Quinta-feira, 29 de Abril de 2004
IRAN - STRANGLED, SUPRESSED AND BETRAYED
Um interessante testemunho sobre o Irão dos últimos anos e a oposição ao regime.in: IRAN-VA-JAHANApril 27, 2004 Iran va Jahan Shahla Samii1979 was the year many of us left Iran due to turmoil, uncertainty and the catastrophic events unfolding under Khomein's iron will and vengeful plans for the country and its people, cleverly shrouded under the name of Islam and social equality. Until then I had lived with my family in Tehran, where I had married my late husband in 1966. He was foremost a physician, but also a humanitarian and patriot who worked tirelessly to improve medical care, modernizing and building hospitals and advancing healthcare. He also believed that education was the country's greatest natural resource and endeavored to extend the benefits realized through education by founding and establishing institutions of higher education. He aimed and succeeded, amongst others of that era under the late Shah of Iran's educational platform, to woe back students and professionals who had been studying and working abroad, to return and use their talents and assets to build a better future for all Iranians. Since my husband's passing in the year 2000, and in his memory, I have endeavored to pursue his patriotic passion to once again bring the benefits of education in a free, democratic and pluralistic society to my compatriots. I attempt to do this by highlighting the injustices suffered by the Iranian people under the Islamic Republic of Iran (IRI), informing the Western media and public of the duplicity and treachery of IRI apologists, and hopefully serving as a voice for the youth in Iran who are stifled and suffocating, yet hopeful in yearning for a better tomorrow with the moral support of their compatriots and contemporaries in exile. The majority of the Iranians, under the ruthless rule of the IRI, have for some time now turned their back on their regime. Without doubt, a minority has been on the payroll of the IRI, staunchly supporting the regime and often in the forefront of fighting any dissent within Iran. The victims of the supporters of the IRI are the students and the disillusioned 70% under the age of 30; the striking workers and teachers who are left without adequate pay and have to work several jobs to survive; the private sector of small businesses who have no linkage to the regime and its cronies. The IRI has spent millions to keep some groups on board, both inside and outside Iran, and has played its hand right with the EU and other Western governments whilst shouting slogans against the “Evil Empires,” the United States and Israel. Inadvertently and surprisingly they gained another source of allies: the exiled visiting Diaspora whose voices, when abroad, sound the IRI propaganda instead of relating the truth about the actual conditions of a desolate and miserable Iranian people. When Khatami was elected President, his mandate was to moderate the excesses of the revolution, while his hidden agenda was to seduce the world and millions of Iranian exiles. Except for superficial changes, he failed the mandate, yet he succeeded in the more important hidden agenda. He started with his “dialogue among civilizations,” exuding a smiling, kind and civilized demeanor. Then he began his quest to attract Iranians in exile to come home; passports, visas and travel into and out of Iran became easier, mandating the Foreign Ministry to accommodate people of all backgrounds, even exiled former politicians. The challenge was to make the Diaspora ambassadors for the IRI. This proved not difficult because many exiled Iranians who traveled back often became unwilling but accommodating pawns in this charade. Just listen to this group and imagine their joy: when their dollars make everything cheap in Iran; when they revisit with old family and friends; when they remember that their compatriots by nature are kind and hospitable; when they see their country still offers its many natural beauties and its strong cultural heritage in spite of the present regime. On returning to their adopted homes, they relate positive tales of life in Iran, the life of a small and privileged minority. The sole detractor in their words relates to walls of bureaucracy when trying to recoup property or assets they used to own, and only successful through bribes and having to buy-back what has been legitimately theirs. Iranians are proud people by nature, and although their incomes have plummeted in real terms, they mask the hardships they have endured. When family and friends visit, just as when foreigners visit Iran, to maintain their pride and dignity, they entertain their ‘guests’ generously. These travelers have become the mouthpiece for positive propaganda for the IRI. They do not talk about the politics of the regime, such as their funding of terrorists, nor do they mention students and journalists languishing in prison. They do not know, or perhaps do not care, which newspapers are closed down, how many girls prostitute themselves, or where the addicts are sleeping. The health hazards posed by unchecked air pollution and chaotic and dangerous traffic problems of metropolitan Tehran are irrelevant. Most importantly, they forget that the youth in Iran has a bleak future under this regime. Amongst the younger exiled generation, many are wooed by so-called Iranian-American civic societies who take it upon themselves to be their representatives with American educational, cultural and political establishments. They do not refer to the plight of Iranians. Human rights under the IRI are no longer a priority. Dissent and the misery index inside Iran are forgotten. I believe that we, the Diaspora, have a duty to our compatriots. 25 years ago many of those now suffering under this oppressive, ruthless and corrupt regime were not born or were just toddlers. The Diaspora enjoys the yearnings of those in Iran. We have freedom of speech and the rule of law on our side; they do not. We have opportunities to study, enter a diverse job market and with hard work achieve our goals and acquire a decent and comfortable life; most of those under the IRI do not, unless they give up on principles and honesty. We should not become the betrayers of the Iranian people. Our mandate is to highlight the regime’s political manipulations, undemocratic actions, lack of human rights, numerous social injustices, economic stagnation, nepotism and corruption, and we must draw attention to the suppression of the people’s voices to the outside world. Visiting our families, friends and helping our compatriots should not diminish this duty. We in the West, young and old, should not become the unsuspecting trophy of Khatami's reign and help in prolonging the nightmare of our nation. We have to reach out to the Western media, to the U.S. Administration and our political representatives, to human rights groups, to the EU and their leaders, and become the ambassadors of the Iranian people and not the regime. The aspirations of the Iranian people for freedom and democracy are vital in the larger context on the war against terrorism, the future of a stable Middle East and world peace. We should and have to be the voices of the majority of the people in Iran and we have nothing to fear in telling the truth.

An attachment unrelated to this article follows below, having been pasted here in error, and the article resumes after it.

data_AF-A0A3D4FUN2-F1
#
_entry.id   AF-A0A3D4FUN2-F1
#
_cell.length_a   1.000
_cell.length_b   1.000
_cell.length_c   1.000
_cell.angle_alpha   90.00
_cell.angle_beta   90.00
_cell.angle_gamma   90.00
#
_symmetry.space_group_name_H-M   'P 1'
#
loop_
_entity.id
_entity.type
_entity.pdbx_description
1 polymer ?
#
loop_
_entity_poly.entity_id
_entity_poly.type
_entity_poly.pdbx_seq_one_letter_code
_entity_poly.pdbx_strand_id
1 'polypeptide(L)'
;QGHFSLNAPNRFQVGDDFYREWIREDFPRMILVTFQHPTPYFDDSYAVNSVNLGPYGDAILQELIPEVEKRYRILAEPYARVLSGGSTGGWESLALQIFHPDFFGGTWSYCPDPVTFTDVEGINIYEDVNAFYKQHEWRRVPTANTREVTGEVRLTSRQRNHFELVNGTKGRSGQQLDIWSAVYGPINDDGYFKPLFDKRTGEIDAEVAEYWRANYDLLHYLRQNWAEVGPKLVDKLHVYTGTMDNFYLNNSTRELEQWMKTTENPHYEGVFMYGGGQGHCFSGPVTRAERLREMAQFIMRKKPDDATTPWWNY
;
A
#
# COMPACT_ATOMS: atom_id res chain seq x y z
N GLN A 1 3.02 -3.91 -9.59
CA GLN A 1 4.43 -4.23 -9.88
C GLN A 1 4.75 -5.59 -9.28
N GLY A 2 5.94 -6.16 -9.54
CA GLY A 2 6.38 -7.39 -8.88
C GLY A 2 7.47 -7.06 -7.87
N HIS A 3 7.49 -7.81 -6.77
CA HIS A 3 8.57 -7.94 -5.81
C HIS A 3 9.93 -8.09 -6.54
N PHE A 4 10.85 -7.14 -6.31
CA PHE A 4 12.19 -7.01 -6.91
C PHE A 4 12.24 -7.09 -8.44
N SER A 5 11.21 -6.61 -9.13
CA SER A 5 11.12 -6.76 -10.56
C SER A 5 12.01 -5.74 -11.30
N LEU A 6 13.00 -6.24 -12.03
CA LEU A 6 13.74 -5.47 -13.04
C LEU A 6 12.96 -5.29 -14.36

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publicado por João Carvalho Fernandes às 08:37